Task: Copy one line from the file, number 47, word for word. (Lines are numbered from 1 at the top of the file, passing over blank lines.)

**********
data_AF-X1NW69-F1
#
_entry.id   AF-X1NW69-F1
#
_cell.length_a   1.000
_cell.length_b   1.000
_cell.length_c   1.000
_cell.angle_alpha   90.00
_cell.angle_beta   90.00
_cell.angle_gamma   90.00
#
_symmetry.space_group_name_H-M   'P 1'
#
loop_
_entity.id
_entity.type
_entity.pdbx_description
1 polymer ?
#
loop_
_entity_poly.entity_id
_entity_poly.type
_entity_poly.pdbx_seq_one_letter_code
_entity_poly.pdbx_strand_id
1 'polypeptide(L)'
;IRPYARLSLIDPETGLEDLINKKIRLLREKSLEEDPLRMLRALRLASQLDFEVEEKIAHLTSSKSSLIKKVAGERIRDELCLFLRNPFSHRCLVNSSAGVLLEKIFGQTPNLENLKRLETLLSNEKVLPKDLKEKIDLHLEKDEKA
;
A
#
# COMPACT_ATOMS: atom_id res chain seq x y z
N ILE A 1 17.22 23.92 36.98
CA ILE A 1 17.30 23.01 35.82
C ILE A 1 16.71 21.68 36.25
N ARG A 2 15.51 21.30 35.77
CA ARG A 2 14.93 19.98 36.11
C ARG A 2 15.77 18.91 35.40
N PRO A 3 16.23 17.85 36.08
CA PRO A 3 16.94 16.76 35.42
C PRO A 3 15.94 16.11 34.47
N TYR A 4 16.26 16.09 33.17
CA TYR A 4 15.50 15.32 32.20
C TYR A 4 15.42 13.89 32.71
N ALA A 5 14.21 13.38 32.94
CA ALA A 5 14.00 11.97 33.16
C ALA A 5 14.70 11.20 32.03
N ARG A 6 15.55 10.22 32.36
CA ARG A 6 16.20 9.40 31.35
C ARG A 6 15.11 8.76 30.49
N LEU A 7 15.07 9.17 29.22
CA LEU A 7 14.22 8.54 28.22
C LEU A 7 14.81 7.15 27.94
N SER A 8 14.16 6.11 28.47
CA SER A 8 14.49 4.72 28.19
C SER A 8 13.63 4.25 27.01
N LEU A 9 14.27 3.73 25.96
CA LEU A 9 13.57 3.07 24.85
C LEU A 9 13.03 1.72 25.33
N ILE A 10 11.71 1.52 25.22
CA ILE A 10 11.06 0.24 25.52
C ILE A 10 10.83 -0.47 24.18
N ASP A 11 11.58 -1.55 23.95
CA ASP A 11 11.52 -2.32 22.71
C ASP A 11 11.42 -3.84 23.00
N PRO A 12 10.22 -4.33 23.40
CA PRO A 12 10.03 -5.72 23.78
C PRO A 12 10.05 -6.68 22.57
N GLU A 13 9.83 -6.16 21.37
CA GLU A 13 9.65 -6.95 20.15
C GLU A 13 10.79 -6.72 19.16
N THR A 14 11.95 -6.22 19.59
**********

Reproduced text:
CA ARG A 6 16.20 9.40 31.35